It’s tempting to scribble ‘I ❤ Alexis Sanchez’ repeatedly in this space. With 14 goals in 20 starts, the hot-pant clad Chilean has shot an arrow into the hearts of the Arsenal faithful and given us a sprinkling of star quality. His goals have masked the shortfall provided by Olivier Giroud’s injury and fallow spells for Cazorla and Ramsey and with Özil’s creativity also lacking due to injury. The question for when Özil returns is whether Cazorla moves back to the left of the front 3, whether Özil stays out there, or whether Arsenal persist with the promising looking front 3 of Alexis, Welbeck and Giroud.
The latter three have shown nascent signs of understanding in their limited outings together. There’s a good physical presence in the three which helps against heavily manned defences. Whilst the signing of Welbeck allayed the loss of Giroud in a physical sense, we missed the Frenchman’s role as a ‘pivot.’ With Welbeck and Alexis buzzing around him, all three have the skillset to bump passes off around the edge of the area. With Theo Walcott still to return, the manager has a real conundrum on his hands.
Meanwhile, behind Alexis, I think Alex Oxlade-Chamberlain has been the success story of Arsenal’s season. Ox has featured in more games than any other Arsenal player. He gives our front 3 (and our central midfield when called upon) a fascinating variety. He possesses both the high technical level required of an Arsenal midfielder and the physique to power past packed defences. He is just as likely to use his upper body strength to bulldoze a defender as beguile him with a cute change of feet.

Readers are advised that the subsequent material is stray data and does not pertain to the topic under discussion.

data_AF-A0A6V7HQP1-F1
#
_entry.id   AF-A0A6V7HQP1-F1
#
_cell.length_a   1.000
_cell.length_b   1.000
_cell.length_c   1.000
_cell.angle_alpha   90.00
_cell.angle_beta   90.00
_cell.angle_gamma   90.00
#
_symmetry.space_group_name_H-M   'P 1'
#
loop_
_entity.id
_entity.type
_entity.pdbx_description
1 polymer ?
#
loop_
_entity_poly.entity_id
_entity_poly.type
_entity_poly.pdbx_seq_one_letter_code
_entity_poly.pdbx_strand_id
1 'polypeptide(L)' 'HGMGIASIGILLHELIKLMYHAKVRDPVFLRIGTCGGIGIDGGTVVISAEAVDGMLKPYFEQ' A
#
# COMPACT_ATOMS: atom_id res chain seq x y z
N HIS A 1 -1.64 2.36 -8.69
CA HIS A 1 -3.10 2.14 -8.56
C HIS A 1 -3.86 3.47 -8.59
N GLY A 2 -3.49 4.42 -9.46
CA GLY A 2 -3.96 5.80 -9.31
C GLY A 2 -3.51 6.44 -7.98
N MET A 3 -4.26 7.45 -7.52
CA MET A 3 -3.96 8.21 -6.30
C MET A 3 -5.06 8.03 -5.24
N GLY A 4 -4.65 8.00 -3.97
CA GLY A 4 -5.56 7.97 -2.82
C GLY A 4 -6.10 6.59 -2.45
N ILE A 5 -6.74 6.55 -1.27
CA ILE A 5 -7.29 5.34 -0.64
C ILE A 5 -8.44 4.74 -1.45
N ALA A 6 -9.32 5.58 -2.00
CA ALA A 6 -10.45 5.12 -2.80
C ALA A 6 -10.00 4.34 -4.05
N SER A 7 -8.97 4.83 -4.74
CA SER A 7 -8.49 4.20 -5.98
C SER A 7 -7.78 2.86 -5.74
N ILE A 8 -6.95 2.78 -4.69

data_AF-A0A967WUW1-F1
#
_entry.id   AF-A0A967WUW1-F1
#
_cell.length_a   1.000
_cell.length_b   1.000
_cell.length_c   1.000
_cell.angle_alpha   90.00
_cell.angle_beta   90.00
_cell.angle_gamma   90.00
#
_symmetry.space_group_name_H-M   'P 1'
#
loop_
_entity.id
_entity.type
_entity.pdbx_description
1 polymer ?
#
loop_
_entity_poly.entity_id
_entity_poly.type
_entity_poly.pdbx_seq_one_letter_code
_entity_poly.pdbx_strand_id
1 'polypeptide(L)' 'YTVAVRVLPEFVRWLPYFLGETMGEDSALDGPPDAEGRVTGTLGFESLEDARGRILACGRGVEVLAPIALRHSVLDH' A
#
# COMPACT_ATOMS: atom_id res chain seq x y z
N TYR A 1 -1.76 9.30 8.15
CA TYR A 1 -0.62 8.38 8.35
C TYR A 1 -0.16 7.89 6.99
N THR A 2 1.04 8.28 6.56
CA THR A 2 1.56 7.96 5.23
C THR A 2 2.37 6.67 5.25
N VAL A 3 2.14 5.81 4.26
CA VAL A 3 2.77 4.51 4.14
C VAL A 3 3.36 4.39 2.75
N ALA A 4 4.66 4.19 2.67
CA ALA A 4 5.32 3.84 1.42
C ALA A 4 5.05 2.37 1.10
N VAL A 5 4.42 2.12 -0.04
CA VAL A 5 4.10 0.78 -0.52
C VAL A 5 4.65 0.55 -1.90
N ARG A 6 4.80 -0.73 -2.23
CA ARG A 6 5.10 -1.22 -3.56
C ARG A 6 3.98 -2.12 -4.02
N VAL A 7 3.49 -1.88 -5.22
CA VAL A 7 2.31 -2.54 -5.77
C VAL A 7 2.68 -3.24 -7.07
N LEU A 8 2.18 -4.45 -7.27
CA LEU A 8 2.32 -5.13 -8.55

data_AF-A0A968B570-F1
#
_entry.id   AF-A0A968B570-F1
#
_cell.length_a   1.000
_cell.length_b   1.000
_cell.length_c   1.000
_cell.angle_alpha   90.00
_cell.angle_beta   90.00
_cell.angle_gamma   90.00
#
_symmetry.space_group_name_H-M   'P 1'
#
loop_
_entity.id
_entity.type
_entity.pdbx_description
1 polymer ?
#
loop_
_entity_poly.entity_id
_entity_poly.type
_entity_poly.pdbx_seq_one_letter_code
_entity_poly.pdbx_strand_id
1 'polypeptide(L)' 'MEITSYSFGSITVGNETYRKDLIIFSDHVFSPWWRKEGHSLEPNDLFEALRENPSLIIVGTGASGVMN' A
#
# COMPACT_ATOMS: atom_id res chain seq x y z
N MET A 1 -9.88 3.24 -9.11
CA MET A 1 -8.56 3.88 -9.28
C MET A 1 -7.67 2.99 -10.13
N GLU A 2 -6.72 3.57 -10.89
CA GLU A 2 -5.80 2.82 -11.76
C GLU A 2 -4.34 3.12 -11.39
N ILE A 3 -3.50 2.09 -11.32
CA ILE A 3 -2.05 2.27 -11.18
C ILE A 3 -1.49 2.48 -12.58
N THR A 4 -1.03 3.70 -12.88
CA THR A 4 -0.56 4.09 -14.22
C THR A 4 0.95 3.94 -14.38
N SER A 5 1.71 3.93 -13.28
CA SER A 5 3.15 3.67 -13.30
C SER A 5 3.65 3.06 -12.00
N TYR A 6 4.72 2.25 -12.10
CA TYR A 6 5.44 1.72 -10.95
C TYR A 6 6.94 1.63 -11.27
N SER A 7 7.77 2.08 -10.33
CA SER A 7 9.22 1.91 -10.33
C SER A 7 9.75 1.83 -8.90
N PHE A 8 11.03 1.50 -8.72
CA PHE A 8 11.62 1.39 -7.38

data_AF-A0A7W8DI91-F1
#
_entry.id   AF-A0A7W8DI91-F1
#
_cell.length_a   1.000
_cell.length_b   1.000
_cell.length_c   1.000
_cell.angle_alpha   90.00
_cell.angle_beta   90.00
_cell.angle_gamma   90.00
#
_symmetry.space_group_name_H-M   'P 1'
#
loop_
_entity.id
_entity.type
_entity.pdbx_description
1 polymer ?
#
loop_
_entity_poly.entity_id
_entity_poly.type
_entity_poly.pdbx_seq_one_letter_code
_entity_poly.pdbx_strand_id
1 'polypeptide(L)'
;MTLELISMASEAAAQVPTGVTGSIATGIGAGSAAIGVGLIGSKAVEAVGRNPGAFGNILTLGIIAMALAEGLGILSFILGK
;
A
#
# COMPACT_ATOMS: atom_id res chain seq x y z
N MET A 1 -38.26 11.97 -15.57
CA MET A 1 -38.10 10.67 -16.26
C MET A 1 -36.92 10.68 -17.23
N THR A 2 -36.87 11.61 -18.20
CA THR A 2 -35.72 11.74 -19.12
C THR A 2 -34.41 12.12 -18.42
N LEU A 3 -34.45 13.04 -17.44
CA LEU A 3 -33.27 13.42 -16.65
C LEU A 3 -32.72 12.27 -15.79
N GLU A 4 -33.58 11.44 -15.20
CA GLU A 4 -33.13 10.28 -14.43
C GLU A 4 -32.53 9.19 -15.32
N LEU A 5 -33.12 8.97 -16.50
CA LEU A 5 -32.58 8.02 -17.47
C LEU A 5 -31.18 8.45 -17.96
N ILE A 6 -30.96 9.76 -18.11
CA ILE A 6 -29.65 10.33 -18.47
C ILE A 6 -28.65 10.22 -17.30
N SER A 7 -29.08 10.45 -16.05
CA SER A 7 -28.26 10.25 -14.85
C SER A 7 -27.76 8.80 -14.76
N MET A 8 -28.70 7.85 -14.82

The key change in the forward areas compared to last season is that Arsenal have a lot more physical power to bully their way into scoring positions. This is one of the reasons Lukas Podolski has found minutes so difficult to come by. Podolski is virtually faultless when put clean through on a goalkeeper, but he doesn’t do enough to help the team get into those advanced positions. In short, with Podolski in the side, Podolski is more likely to score, but Arsenal are not. He takes chances but he does little to make them, so the net result is negative.
Back in May, when assessing where his team had fallen short of the league title, the manager offered, “Manchester City scored 100 goals so you have to say their offensive potential has been absolutely brutal and fantastic, Liverpool as well. We have scored 66 at the moment, that is where we have room for improvement.” The additions of Welbeck and especially Alexis, as well as the improvement in Chamberlain have increased Arsenal’s offensive potential so that they are not so reliant on a single goalscorer as they were last season in Ramsey.
That said, profligacy has been a big issue for Arsenal this season. Arsenal had 24 shots against Leicester City, 16 against Spurs, 25 against Hull City, 23 against Manchester United, 17 against West Brom and 19 against Southampton. Only in the game against Hull City did we score more than one and it took until stoppage time to net a second. This is due to a mixture of Arsenal not being clinical enough and not taking calm decisions in the final third.
Nobody has shot from outside of the penalty area more than Arsenal this season, but only Özil (v Aston Villa) and Giroud (v Manchester United) have scored from outside of the area. I think this is largely due to a lack of familiarity upfront. It’s easy to forget that most of Arsenal’s attack has been at the club for less than two and a half years. In Alexis and Welbeck, two of our three forwards joined this summer. The front 3 is the most exciting element of Arsenal’s team, how Wenger moulds the midfield clay behind them is the more pertinent question for the remainder of the season. LD.